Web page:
Social Security: If You Wait To Retire Until After 67, Can You Get Retroactive Payments?

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If you wait to file for your Social Security retirement benefits until after age 67, you may be able to claim retroactive payments. However, things have changed since 2016, when Congress changed the law about how retroactive payments work. Now, you’ll have to stick to a strict timetable to get all of your benefits. You might also want to consider whether it makes sense to file for retroactive benefits or simply stick with the payments you receive at an older age, which may be higher. Here’s a look at what your options are when it comes to claiming retroactive benefits, along with what you might be giving up in exchange.

What Is Full Retirement Age?

Full retirement age is the age at which you qualify for your “full” Social Security benefit. For those born after 1960, which will include most retirees going forward, full retirement age is 67. However, this number varies depending on the year in which you were born. For example, if you were born in 1957, your full retirement age is 66 years and 6 months. If you were born between 1943 and 1954, your full retirement age is 66.

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What Are the Rules Regarding Retroactive Payments?

You cannot file for retroactive payments until you have passed your full retirement age. However, you can’t wait too long afterward. The Social Security Administration will pay a maximum of six months of retroactive payments to applicants, no matter how late they file. So, if your full retirement age is 67 but you apply for retroactive benefits at age 69, you’ll still only receive six months of back payments.

Remember that your full retirement age is important when it comes to retroactive payments because it governs the latest that you would want to file. If you were born in 1954, for example, you’d want to file for retroactive benefits no later than age 66 and 6 months, as filing any later wouldn’t qualify you for any additional retroactive payments. But if you were born in 1960 or later, you’d want to file between ages 67 and 67 1/2.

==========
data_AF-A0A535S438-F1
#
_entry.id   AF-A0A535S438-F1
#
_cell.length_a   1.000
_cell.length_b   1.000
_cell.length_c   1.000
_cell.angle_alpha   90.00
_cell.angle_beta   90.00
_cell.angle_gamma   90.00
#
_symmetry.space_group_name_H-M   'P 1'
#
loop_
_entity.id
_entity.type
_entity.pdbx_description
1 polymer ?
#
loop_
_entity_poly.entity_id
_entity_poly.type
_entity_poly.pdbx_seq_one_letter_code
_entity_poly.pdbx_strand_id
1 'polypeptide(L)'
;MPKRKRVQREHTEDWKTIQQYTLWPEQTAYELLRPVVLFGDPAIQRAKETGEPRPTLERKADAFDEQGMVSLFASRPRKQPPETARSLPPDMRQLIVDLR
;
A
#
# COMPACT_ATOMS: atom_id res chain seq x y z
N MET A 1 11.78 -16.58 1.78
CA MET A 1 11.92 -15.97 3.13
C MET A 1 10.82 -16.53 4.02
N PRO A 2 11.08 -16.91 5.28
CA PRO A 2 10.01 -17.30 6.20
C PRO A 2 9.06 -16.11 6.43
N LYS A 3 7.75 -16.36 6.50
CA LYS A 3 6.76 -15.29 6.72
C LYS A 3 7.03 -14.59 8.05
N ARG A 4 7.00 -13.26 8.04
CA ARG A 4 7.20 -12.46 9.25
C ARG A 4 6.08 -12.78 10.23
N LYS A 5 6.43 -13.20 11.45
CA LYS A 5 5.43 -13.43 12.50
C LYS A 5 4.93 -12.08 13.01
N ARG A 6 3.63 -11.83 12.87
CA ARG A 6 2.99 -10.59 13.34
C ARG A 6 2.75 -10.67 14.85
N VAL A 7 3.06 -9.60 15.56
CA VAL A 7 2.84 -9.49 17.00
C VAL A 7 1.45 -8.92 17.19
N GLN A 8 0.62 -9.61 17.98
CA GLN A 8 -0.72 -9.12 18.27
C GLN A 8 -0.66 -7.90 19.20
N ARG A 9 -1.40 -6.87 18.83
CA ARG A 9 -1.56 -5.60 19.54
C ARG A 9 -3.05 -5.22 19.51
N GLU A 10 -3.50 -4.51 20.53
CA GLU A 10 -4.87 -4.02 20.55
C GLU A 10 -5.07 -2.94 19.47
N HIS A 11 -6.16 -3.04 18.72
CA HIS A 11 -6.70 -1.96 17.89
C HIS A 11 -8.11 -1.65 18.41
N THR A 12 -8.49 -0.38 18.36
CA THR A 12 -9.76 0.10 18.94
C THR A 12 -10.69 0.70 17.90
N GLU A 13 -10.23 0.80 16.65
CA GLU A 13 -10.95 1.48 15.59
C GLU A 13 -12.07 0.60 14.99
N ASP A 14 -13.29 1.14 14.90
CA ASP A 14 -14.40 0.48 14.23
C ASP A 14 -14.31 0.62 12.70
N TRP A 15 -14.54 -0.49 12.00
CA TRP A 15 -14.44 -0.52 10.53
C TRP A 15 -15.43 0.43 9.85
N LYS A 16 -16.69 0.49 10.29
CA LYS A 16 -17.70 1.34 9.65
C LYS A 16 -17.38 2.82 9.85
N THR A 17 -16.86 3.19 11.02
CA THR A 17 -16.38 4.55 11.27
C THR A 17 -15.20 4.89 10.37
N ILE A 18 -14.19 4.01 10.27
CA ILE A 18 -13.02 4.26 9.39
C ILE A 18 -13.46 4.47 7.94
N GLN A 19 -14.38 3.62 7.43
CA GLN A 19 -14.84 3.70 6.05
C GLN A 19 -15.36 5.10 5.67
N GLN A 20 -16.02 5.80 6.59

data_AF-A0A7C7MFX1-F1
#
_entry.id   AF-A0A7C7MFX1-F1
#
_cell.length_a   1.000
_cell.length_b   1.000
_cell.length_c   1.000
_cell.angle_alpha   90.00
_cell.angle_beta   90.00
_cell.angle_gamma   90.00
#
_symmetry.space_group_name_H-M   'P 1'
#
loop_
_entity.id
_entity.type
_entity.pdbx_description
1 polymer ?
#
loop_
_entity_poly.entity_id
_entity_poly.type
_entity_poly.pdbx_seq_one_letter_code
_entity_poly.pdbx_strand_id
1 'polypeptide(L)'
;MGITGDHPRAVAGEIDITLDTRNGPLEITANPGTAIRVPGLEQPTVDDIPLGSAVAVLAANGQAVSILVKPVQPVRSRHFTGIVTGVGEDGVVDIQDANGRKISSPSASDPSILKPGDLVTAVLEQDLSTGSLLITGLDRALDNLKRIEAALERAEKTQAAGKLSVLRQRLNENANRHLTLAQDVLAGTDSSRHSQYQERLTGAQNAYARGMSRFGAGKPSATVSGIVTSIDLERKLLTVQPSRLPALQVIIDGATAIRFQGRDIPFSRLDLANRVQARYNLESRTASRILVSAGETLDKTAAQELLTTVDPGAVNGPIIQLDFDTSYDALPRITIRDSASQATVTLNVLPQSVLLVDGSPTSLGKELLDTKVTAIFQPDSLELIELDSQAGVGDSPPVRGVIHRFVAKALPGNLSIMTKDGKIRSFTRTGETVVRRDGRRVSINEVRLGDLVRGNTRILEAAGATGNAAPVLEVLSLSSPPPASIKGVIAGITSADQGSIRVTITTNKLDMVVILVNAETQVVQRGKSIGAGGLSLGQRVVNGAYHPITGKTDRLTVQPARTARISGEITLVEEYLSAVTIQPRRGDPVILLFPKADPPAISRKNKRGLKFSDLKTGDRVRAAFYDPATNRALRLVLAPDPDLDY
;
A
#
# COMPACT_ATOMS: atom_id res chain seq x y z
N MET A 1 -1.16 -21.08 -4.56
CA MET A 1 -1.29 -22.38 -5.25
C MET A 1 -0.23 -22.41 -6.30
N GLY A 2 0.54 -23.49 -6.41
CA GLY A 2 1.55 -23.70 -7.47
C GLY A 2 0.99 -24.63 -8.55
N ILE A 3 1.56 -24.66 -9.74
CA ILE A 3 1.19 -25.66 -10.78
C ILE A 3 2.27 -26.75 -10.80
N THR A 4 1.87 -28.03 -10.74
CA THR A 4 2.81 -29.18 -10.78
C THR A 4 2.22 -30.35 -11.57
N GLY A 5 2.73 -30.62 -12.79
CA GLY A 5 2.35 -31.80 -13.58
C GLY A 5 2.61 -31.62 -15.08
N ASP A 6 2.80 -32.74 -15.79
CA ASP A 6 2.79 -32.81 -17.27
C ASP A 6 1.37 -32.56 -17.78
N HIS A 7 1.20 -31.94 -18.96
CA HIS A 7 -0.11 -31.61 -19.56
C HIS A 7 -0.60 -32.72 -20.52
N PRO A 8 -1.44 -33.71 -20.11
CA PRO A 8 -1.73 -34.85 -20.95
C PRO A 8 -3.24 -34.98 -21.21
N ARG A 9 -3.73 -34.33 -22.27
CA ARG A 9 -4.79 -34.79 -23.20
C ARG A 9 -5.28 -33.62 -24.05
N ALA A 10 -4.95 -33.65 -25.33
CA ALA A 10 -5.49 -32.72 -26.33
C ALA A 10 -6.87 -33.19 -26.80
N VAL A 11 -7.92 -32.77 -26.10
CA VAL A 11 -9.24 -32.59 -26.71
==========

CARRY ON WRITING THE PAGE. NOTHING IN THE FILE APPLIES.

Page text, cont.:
Will You Be Giving Up More Than You Earn If You Claim Retroactive Payments?

Something to keep in mind if you file for retroactive payments is that your Social Security benefit will automatically increase on its own every month that you wait to file. But if you claim retroactive benefits, you lose those gains. 

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Specifically, every month after full retirement age that you wait to file for benefits, your payment will increase by 2/3 of 1%. So, if your full retirement age is 67 and you wait to file until six months later, your lifelong monthly payment will increase by 4%. While you will forgo six months of retroactive payments, you would instead be getting a lifelong 4% monthly increase. 

You’ll have to determine on your own whether it’s a better move for you financially to take that lump sum of six months of payments or to permanently boost your ongoing benefit. You may want to consult with a financial advisor to determine your best course of action.

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About the Author

After earning a B.A. in English with a Specialization in Business from UCLA, John Csiszar worked in the financial services industry as a registered representative for 18 years. Along the way, Csiszar earned both Certified Financial Planner and Registered Investment Adviser designations, in addition to being licensed as a life agent, while working for both a major Wall Street wirehouse and for his own investment advisory firm. During his time as an advisor, Csiszar managed over $100 million in client assets while providing individualized investment plans for hundreds of clients.
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